Mystery Clocks are given their name due to the ‘mystery’ surrounding their movement. The upcoming Clocks, Scientific & Musical Instruments Auction at McTear’s on 8 June features a fantastic Victorian figural revolving globe mystery night clock. The exquisite clock (lot 1443) is in the form of a spelter figure of a young male seventeenth-century courtier holding a staff on top of which the spherical timepiece sits. The opaque glass shade in which a lamp would be contained is hand painted with Roman numerals allowing light to highlight the time hence the reference to night time.
The earliest mystery clocks date back to the seventeenth century but they became popular in France towards the end of the nineteenth century. Former watchmaker Jean Robert-Houdin (after whom the famous magician Harry Houdini named himself) presented a mystery clock to French audiences in the late nineteenth century as a magic trick. Their lack of visible mechanism visible was miraculous to viewers at this time who were not used to this intriguing design.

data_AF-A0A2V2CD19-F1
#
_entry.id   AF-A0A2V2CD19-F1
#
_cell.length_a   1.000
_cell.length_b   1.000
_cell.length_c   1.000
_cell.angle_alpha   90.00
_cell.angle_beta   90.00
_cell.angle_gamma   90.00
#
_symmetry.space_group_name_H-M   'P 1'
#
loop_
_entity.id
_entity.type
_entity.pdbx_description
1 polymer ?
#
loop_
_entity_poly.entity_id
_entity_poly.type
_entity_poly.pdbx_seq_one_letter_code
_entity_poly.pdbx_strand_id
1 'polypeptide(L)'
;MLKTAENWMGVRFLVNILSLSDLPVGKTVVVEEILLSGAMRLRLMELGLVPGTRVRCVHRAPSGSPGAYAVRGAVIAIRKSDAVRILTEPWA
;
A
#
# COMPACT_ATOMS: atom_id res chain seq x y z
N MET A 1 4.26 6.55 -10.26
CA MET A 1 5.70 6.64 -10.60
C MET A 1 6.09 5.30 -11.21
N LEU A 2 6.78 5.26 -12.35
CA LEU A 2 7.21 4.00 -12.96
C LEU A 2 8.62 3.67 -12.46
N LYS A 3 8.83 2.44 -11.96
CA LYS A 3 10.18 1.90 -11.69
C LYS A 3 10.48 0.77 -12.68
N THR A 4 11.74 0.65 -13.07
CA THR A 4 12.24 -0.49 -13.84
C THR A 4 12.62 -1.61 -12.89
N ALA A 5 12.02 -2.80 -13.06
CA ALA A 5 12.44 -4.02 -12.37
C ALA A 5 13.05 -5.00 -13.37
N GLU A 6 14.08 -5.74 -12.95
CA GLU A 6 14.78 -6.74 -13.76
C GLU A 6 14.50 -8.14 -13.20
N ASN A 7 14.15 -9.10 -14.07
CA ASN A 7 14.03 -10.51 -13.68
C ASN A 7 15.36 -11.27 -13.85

These clocks were typically spring driven and sometimes a pendulum was added for decorative purposes, usually held by a figure with the movement contained in the base and therefore hidden from view. Each impulse of the escapement caused the figure to rotate virtually imperceptibly to the right and left, and this rotating movement also helped the pendulum to swing. Other designs featured a glass dial supported with a column – the dial kept the time without any visible connection to the movement.
The mystery clock at McTear’s is estimated at £200–300. With a detailed figure and a strikingly unusual dial, it is a fine example of the famous mystery clock that startled viewers in the nineteenth century. Clocks have an intrinsic value due to their complex and intriguing mechanisms that still remain interesting today and lot 1443 heightens this magic to the contemporary viewer due to the secrecy of their mechanism.
The Clocks, Scientific & Musical Instruments Auction features timepieces of all types – from grand grandfathers to elegant enamel pieces – and instruments including sextants, military and medical pieces, as well as musical instruments and cameras.
Dedicated auctions of clocks and instruments are held every six weeks.
Written by Hannah Hughes